Now that her Nova Scotia home is on Airbnb, Rita MacNeil is in great company in the afterlife of the celebrities

Do your post-double vax plans include a trip to Cape Breton?

If so, Rita MacNeil calls.

I was delighted to see the other day that Nova Scotia’s response to Graceland is now one thing: an Airbnb listing dubbed (what else?) Rita’s Retreat, posthumously using the waterfront that l Canadian song icon and, yes, First Lady of Cape Breton, called home. Set on six acres and perfectly positioned for ambitious hiking and fishing projects, it features an outdoor saltwater pool and indoor grand piano.

In the garden too – if you really want to put your Canadiana on – there’s a chair where MacNeil, who died in 2013, apparently wrote some of her most beloved songs, like “Working Man,” a haunting ode to coal miners.

All of this made me think about how much of a staple the singer was at one point in this country and how – due to generational amnesia – it might be difficult for some young people to appreciate her uniqueness. The whole icon – and one gay icon, in particular, I’ll add – she not only sang like a lark and was synonymous with Christmas because of her CBC TV specials, she had a personal story that made her endless. rootable. Sexual abuse. Depression and other demons. Addiction. Obesity. The cleft palate she was born with. She took on all kinds of challenges.

And yet, she was also the one who landed her first Juno at 42. “The most promising singer”, indeed, well in the meadows of the fifties. (This year alone, she was inducted into the Canadian Songwriters Hall of Fame.)

MacNeil may not have had the wider pop culture cachet of Joni Mitchell, or Celine’s vavoom, but in her salt of the earth way, she remains just as poignant. I mean… did those other two show up in RCMP documents decades later like Rita did? Her involvement in the feminist movement in Toronto in the 1970s drew Rita’s attention to the intelligence branch of the force, as was surprisingly revealed years later. She was a real activist who marked the sidewalk.

The same day I read about Rita’s Retreat. I also came across a message of appreciation from Rita from someone I follow on Instagram. Coincidence! Teigan Reamsbottom, who is acquainted with the camp, wrote, showing pride: “One Canadian gay icon who is often overlooked is Rita MacNeil: one of the greatest friends and supporters of our community. Her performances are all pretty campy… she wasn’t the greatest dancer and usually wore outrageous (and not the most stylish) hats. Rita was a feminist who overcame a very troubled past, and was often cruelly mocked for her weight and cleft palate, spent her life promoting love and compassion through music. Rita was actually arrested in the 1970s at a feminist rally in Toronto while fighting for women’s rights and LGBT rights. It was a real badass!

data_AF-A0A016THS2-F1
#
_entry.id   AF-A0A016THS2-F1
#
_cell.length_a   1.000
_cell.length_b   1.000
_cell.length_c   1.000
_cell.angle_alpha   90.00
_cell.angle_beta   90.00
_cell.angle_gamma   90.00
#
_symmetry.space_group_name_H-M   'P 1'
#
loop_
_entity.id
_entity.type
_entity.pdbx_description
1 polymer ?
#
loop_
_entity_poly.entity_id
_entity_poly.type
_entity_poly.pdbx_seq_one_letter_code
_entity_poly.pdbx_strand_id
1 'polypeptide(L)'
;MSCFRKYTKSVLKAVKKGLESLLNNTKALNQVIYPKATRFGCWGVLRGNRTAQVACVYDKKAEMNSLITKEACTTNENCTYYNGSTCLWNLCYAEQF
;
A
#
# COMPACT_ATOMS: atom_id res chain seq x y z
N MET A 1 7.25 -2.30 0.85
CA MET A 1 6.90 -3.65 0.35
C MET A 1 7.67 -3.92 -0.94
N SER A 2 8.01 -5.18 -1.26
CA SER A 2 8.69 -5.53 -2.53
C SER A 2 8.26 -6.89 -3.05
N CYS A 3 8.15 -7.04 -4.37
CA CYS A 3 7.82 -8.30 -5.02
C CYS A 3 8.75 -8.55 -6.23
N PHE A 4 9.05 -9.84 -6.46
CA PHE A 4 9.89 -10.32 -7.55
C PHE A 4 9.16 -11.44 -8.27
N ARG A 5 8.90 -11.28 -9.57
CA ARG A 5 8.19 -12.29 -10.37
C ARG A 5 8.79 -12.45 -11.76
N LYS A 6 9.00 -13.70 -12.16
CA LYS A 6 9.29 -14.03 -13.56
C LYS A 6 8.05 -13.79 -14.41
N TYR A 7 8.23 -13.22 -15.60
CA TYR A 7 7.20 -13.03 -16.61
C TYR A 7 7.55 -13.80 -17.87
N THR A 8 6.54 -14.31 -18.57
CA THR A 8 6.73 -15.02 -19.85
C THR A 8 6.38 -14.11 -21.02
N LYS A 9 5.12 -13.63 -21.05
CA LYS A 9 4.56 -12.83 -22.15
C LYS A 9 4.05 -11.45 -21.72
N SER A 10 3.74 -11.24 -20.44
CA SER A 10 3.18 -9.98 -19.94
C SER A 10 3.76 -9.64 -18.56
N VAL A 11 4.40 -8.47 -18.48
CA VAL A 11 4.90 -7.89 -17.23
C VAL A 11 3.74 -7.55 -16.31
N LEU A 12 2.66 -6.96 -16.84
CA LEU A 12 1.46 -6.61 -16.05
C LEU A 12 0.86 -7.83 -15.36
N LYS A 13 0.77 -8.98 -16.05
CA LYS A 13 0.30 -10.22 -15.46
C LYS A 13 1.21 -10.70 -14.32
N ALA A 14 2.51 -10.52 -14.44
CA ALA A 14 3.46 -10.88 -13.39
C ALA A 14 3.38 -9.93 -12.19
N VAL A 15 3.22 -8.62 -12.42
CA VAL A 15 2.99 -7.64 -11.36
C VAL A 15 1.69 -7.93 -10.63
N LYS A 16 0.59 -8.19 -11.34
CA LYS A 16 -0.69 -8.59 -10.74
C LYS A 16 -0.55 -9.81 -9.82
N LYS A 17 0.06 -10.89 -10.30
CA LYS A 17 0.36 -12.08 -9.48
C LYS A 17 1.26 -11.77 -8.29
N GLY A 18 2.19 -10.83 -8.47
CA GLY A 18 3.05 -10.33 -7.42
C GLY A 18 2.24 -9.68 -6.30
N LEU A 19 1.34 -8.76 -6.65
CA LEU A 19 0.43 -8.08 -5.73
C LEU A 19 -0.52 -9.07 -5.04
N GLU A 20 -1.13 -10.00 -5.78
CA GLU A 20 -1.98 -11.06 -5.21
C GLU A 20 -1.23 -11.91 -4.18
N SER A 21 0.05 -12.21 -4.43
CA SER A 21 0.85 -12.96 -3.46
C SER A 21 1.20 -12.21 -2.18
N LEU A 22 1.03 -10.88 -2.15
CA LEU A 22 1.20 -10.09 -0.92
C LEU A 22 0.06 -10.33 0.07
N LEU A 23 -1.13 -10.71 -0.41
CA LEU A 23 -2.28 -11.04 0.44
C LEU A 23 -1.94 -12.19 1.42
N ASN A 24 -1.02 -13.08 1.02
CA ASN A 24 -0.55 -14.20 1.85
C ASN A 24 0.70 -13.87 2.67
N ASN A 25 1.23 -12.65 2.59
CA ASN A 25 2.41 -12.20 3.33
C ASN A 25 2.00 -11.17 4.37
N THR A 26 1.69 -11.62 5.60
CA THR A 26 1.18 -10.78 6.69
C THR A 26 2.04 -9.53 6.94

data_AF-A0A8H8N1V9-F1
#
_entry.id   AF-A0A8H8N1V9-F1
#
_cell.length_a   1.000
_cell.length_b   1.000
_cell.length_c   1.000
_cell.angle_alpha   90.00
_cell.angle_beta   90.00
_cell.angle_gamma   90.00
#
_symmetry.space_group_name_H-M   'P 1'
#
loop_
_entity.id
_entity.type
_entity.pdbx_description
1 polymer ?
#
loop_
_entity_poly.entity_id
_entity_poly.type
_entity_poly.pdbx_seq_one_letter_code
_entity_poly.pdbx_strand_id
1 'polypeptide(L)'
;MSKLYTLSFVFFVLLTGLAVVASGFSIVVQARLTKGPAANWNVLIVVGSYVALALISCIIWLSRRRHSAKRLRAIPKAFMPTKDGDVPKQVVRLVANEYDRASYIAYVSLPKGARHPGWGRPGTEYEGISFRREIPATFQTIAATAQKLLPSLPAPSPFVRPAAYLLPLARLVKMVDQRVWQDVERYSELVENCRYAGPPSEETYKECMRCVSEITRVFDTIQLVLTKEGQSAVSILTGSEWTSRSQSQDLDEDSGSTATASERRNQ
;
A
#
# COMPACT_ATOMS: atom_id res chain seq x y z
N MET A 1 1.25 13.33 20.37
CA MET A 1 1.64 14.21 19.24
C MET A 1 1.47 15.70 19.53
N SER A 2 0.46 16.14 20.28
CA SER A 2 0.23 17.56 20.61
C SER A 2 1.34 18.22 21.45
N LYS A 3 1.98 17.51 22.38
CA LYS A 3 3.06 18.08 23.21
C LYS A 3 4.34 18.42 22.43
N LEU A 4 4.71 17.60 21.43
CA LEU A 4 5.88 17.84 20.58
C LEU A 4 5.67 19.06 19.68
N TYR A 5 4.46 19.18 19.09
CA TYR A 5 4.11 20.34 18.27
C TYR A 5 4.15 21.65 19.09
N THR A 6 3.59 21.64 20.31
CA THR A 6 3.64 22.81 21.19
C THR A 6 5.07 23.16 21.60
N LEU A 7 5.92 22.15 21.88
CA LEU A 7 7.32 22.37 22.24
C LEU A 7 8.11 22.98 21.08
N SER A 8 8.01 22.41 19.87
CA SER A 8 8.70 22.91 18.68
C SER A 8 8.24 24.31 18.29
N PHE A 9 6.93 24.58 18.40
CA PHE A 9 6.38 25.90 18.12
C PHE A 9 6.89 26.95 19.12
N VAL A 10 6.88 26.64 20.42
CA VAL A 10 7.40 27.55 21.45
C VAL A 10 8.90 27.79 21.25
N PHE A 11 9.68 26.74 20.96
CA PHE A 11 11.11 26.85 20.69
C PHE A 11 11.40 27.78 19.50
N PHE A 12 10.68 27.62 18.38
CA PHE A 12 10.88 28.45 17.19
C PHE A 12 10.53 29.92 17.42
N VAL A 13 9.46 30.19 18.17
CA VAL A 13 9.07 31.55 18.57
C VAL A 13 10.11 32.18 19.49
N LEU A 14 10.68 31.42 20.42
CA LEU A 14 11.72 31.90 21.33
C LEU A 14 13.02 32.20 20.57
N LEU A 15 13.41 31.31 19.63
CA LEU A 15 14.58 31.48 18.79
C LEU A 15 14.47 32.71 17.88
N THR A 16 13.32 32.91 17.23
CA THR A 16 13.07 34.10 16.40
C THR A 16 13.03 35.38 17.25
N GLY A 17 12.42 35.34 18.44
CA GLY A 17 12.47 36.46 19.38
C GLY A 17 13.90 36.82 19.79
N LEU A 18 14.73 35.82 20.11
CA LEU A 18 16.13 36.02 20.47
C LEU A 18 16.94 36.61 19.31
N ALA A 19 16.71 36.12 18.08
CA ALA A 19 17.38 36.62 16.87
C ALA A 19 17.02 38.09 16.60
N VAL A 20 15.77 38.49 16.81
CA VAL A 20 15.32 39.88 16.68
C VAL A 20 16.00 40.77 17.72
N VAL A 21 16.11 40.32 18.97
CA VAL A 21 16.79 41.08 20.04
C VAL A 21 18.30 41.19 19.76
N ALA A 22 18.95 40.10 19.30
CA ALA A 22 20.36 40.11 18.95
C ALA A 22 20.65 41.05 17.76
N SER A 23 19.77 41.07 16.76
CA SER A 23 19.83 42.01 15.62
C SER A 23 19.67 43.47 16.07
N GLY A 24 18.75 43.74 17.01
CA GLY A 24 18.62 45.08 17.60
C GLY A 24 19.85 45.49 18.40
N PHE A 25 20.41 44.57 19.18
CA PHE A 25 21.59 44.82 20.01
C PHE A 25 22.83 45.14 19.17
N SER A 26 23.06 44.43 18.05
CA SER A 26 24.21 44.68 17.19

I couldn’t have said it better myself.

So Rita in the afterlife? She is in good company with the homes of famous people – both dead and alive, but mostly deceased – currently available for rent. It’s a bustling microeconomics, in fact.

Think: the Provencal house where Julia Child lived with her husband Paul and where she wrote “Mastering the Art of French Cuisine”. Essentially a cozy three-bedroom chalet, with a well-tended garden and pot-lined kitchen, it’s called La Pitchoune and costs $ 670 (US) a night.

Alternatively, if architecture is your jam, the famous Glass House in New Canaan, Connecticut is also open for sleepovers. If you have $ 30,000. The place was the legendary Philip Johnson’s weekend retreat for nearly six decades.

Likewise: the rustic heap in Bath – England! – where none other than Jane Austen found her muse. Do you prefer Jimi Hendrix? His old place in Maui – quite quaint, with cathedral ceilings – is ready for retirement.

In Palm Springs, meanwhile, is the former Dinah Shore Estate, a mid-century oasis designed by legendary Donald Wexler. I visited the place a few years ago – before Leonardo DiCaprio bought it – on one of my California desert getaways and it’s spectacular: offering floor to ceiling windows that wink to the mountains of San Jacinto. The 50s singer and TV personality’s home is a masterpiece and although Mr. Wolf of Wall Street picked it up a few years ago, he also made it available for rent – for a pretty dime.

And then, of course, there’s the Fleming Villa in Jamaica, named after James Bond writer Ian Fleming, which I also had the opportunity to visit several years ago. A-mah-zing. Sitting on the edge of the gilded GoldenEye Resort, the bohemian-chic abode has a private beach, 52 acres of landscaping, and even the office where Fleming wrote those Bond books, for $ 5,000 (US) a night.

As true for Rita as for the others, in other words: RIP becomes Airbnb.

Shinan Govani is a Toronto-based freelance columnist who covers culture and society. Follow him on Twitter: @shinangovani

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